We’ve all been there – the screaming kid. The talker. The frazzled, unprepared traveler holding everyone up at the security checkpoint. Ah yes, when it comes to air travel, it seems as though we encounter these scenarios more often than not. And with so many airlines packing us into planes like sardines these days, it’s safe to say that many of us would rather get a root canal than go on an airplane. But it doesn’t have to be that way! If we all do our part in practicing good air travel etiquette, we can make the airplane a better place (for all of us). Here’s how:
Be Prepared for Security:
Leave yourself plenty of times to get through security — especially if you’re traveling during peak travel hours, which are typically 6:30-9:30 AM and 3:30-7:30 PM. Layer items neatly in your carry-on and keep your toiletries/liquids to 3.4 ounces or less. Prior to arriving at the checkpoint, take off jewelry, belts, and watches and take your laptop out of the case. Place everything in the bin with your shoes, coat, and other belongings. Make sure you don’t hold up the line by taking things off in front of the scanner or by fumbling through your bags last minute.
Think Before You Recline:
It’s the age-old question in airport travel etiquette: to recline or not to recline? Even after all these years, it still remains what it always was: a question at best. There’s really no easy answer, but here’s a general rule of thumb: if you’re taking the red-eye, most people fully exercise their right to recline (except during meal times). But regardless of the circumstance, if you decide to recline your seat, try to put yourself in the shoes of the person behind you. Turning around to let him or her know that you’re planning to recline is always a nice gesture. If they seem put off or if you notice they’re eating or working, be considerate of how far back you go (if at all).
Entertain Your Kids:
Make sure you pack plenty of quiet activities to keep your children distracted, especially during those long-haul flights. A pre-flight trip to the dollar store can work wonders in quelling boredom and the inevitable meltdowns that can result. The key is getting toys and books that your child will like… and most importantly…have never seen before. Wait until the airplane to do the “big reveal” and cross your fingers the novelty will keep them entertained for hours. Another area where it may make sense to splurge is snacks. For instance, if your child loves fruit snacks, you may want to spring for the slightly more expensive package with his or her favorite cartoon character on the wrapper (sometimes when it comes to kids, it’s the little things, right?).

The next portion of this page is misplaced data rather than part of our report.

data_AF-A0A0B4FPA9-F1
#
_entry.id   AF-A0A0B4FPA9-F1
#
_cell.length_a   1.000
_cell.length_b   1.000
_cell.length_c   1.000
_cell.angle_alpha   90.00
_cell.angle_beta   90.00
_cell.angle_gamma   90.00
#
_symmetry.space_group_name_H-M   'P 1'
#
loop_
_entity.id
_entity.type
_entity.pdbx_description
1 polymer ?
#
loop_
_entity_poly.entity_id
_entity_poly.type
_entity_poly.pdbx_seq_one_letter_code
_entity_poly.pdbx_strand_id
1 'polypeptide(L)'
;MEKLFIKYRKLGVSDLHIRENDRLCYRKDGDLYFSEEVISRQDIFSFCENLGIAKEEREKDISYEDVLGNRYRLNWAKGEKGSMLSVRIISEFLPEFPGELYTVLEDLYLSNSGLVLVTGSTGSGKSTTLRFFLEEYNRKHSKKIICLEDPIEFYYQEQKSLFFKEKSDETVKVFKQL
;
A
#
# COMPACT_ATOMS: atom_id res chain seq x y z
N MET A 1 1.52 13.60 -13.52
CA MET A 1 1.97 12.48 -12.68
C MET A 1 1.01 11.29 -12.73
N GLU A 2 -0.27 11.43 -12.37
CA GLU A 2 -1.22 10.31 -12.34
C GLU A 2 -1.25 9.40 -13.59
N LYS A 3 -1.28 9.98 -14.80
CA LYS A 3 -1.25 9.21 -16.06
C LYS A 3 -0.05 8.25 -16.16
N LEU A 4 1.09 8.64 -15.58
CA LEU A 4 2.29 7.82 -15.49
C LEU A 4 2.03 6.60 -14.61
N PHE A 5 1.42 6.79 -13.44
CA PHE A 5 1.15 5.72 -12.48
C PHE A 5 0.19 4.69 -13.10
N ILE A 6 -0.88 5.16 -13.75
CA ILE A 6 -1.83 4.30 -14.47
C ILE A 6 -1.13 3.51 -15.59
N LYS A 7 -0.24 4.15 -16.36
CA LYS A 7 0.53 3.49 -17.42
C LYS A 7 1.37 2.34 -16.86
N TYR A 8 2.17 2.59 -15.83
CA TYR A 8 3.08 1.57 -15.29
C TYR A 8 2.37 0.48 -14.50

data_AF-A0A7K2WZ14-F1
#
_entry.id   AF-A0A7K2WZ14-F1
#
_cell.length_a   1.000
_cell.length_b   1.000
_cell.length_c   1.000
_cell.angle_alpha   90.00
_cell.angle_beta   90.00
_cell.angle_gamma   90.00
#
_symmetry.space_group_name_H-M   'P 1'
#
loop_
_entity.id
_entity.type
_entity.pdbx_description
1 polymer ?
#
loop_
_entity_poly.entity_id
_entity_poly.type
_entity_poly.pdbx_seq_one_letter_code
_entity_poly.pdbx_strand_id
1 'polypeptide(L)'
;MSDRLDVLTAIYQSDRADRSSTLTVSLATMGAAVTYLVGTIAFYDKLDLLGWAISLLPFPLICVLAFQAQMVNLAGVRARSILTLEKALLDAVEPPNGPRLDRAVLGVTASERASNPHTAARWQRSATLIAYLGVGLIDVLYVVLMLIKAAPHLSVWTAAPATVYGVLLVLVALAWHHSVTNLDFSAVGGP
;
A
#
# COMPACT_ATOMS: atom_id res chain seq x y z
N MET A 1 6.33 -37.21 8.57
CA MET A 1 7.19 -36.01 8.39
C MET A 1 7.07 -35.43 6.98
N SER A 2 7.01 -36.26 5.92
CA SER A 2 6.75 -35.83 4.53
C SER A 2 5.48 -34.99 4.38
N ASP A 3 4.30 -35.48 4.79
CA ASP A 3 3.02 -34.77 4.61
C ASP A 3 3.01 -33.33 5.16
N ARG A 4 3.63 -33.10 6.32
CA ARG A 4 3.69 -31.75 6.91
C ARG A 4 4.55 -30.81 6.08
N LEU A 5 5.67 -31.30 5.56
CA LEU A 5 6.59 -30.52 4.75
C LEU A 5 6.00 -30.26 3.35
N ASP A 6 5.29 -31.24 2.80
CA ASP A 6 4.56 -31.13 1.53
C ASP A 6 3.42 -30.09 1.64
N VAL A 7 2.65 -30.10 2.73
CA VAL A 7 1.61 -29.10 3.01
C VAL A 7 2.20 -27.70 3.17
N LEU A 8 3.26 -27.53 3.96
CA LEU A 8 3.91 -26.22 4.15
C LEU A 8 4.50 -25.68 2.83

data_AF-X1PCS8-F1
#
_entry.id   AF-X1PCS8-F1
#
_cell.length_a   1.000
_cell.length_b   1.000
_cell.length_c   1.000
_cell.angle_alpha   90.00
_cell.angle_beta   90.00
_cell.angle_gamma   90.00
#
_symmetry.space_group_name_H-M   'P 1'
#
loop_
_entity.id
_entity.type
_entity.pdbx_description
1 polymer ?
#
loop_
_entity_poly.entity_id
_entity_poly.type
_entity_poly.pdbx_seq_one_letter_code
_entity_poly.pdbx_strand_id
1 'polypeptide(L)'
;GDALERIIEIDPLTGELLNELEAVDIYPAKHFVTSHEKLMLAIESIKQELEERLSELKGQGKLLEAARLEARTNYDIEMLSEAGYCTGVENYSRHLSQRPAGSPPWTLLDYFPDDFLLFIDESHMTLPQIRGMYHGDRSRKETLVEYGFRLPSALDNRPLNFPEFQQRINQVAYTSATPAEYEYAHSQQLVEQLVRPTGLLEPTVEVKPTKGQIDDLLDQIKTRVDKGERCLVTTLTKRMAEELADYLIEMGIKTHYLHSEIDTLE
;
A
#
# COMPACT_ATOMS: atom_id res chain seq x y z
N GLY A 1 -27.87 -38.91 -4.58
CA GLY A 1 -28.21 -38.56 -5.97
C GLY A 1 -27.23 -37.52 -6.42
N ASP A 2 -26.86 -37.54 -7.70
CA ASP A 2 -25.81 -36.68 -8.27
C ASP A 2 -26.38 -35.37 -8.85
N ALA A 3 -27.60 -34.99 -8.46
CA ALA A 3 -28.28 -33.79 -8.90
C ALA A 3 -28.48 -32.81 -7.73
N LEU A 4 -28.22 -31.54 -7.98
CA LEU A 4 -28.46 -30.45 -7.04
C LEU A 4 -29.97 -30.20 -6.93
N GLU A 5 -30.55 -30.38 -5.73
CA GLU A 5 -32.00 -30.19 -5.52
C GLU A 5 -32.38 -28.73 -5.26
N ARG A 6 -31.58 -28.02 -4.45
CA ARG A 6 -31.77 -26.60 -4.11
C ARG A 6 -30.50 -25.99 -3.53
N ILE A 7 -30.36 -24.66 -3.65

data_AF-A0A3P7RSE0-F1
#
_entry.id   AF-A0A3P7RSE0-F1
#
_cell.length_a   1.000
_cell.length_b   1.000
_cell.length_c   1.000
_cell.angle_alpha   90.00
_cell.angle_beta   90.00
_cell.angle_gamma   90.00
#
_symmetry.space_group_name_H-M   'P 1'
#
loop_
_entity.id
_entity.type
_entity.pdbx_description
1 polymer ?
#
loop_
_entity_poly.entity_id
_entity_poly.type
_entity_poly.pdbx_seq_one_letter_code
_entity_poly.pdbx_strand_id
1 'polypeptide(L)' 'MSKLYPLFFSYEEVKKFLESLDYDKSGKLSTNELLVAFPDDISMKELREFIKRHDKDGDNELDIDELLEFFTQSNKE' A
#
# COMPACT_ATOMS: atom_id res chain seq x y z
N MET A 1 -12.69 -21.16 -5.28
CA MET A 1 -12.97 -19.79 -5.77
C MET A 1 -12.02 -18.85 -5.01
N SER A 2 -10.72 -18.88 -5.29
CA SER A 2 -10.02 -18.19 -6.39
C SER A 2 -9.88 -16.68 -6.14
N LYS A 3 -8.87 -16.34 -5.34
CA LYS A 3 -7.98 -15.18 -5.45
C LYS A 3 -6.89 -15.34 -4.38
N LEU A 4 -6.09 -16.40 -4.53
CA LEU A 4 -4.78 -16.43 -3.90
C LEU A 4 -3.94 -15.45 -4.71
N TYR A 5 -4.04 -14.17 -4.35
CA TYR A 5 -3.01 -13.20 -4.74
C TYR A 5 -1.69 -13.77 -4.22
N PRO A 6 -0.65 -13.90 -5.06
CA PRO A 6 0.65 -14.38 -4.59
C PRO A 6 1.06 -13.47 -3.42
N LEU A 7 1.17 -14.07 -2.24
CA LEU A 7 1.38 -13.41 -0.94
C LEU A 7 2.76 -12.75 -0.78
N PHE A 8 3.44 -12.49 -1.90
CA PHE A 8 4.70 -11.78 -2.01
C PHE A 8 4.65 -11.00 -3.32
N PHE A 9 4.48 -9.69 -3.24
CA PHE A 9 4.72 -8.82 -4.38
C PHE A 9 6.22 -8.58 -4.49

Keep Your Cool:
If you’re on the other side of the fence and a passenger’s child is disturbing you, remember that the parents are (most likely) trying their best to diffuse the situation. An empathetic nod or the words of “I get it,” may not stop a crying fit, but could send some good karma your way. If you notice, however, that a parent is leaving their child to do as they please, it’s best to speak with a flight attendant to see if they can assist. Speaking to the parent directly—or worse, the child—will likely have an alienating effect and make the situation worse.
Decompress (and let others do the same):
You don’t have to be an introvert to look forward to a little in-flight alone time. Whether you use that time to catch up on work, watch movies you’ve had in your Netflix queue or even get a few hours of uninterrupted sleep, these can undoubtedly be some of the brighter moments of air travel. However, if the person next to you is a chatty Cathy, these plans can quickly fall to the wayside. In this instance, putting on your headphones or opening a book is both an easy and polite way to give the chatterbox next to you a subtle signal. On the flipside, if you’re in the mood for a chat, be respectful if the person is busy working, reading, listening to music, or generally looks as though they do not want to be disturbed. When people begin giving you one-word answers such as “uh huh” or “sure”, it’s probably time to find other ways to direct your in-flight energy.
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